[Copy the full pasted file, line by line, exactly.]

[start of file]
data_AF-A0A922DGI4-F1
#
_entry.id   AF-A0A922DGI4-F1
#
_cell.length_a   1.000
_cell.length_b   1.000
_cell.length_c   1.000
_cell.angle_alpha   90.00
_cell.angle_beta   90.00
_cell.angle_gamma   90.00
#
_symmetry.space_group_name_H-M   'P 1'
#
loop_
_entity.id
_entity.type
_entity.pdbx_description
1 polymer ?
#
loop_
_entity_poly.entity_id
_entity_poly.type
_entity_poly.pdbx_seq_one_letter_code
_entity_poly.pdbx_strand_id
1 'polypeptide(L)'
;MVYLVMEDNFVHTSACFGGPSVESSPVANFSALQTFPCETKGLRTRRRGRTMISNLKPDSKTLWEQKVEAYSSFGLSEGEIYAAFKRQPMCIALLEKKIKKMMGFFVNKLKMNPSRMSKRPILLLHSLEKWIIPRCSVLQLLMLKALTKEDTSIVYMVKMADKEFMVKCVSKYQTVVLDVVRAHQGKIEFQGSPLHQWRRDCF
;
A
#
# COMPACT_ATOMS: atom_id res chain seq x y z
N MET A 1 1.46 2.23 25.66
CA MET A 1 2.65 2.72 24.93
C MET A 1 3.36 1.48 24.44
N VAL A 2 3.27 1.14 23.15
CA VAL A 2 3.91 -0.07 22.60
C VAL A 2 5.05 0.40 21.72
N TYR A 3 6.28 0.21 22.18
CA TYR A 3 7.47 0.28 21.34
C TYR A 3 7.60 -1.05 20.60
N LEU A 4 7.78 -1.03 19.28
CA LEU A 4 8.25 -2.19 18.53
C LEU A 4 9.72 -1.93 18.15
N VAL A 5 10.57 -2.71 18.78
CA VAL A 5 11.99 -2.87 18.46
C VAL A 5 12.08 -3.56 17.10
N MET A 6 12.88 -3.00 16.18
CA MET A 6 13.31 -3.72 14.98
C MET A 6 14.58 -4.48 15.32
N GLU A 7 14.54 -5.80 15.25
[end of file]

data_AF-A0A922DGI4-F1
#
_entry.id   AF-A0A922DGI4-F1
#
_cell.length_a   1.000
_cell.length_b   1.000
_cell.length_c   1.000
_cell.angle_alpha   90.00
_cell.angle_beta   90.00
_cell.angle_gamma   90.00
#
_symmetry.space_group_name_H-M   'P 1'
#
loop_
_entity.id
_entity.type
_entity.pdbx_description
1 polymer ?
#
loop_
_entity_poly.entity_id
_entity_poly.type
_entity_poly.pdbx_seq_one_letter_code
_entity_poly.pdbx_strand_id
1 'polypeptide(L)'
;MVYLVMEDNFVHTSACFGGPSVESSPVANFSALQTFPCETKGLRTRRRGRTMISNLKPDSKTLWEQKVEAYSSFGLSEGEIYAAFKRQPMCIALLEKKIKKMMGFFVNKLKMNPSRMSKRPILLLHSLEKWIIPRCSVLQLLMLKALTKEDTSIVYMVKMADKEFMVKCVSKYQTVVLDVVRAHQGKIEFQGSPLHQWRRDCF
;
A
#
# COMPACT_ATOMS: atom_id res chain seq x y z
N MET A 1 1.46 2.23 25.66
CA MET A 1 2.65 2.72 24.93
C MET A 1 3.36 1.48 24.44
N VAL A 2 3.27 1.14 23.15
CA VAL A 2 3.91 -0.07 22.60
C VAL A 2 5.05 0.40 21.72
N TYR A 3 6.28 0.21 22.18
CA TYR A 3 7.47 0.28 21.34
C TYR A 3 7.60 -1.05 20.60
N LEU A 4 7.78 -1.03 19.28
CA LEU A 4 8.25 -2.19 18.53
C LEU A 4 9.72 -1.93 18.15
N VAL A 5 10.57 -2.71 18.78
CA VAL A 5 11.99 -2.87 18.46
C VAL A 5 12.08 -3.56 17.10
N MET A 6 12.88 -3.00 16.18
CA MET A 6 13.31 -3.72 14.98
C MET A 6 14.58 -4.48 15.32
N GLU A 7 14.54 -5.80 15.25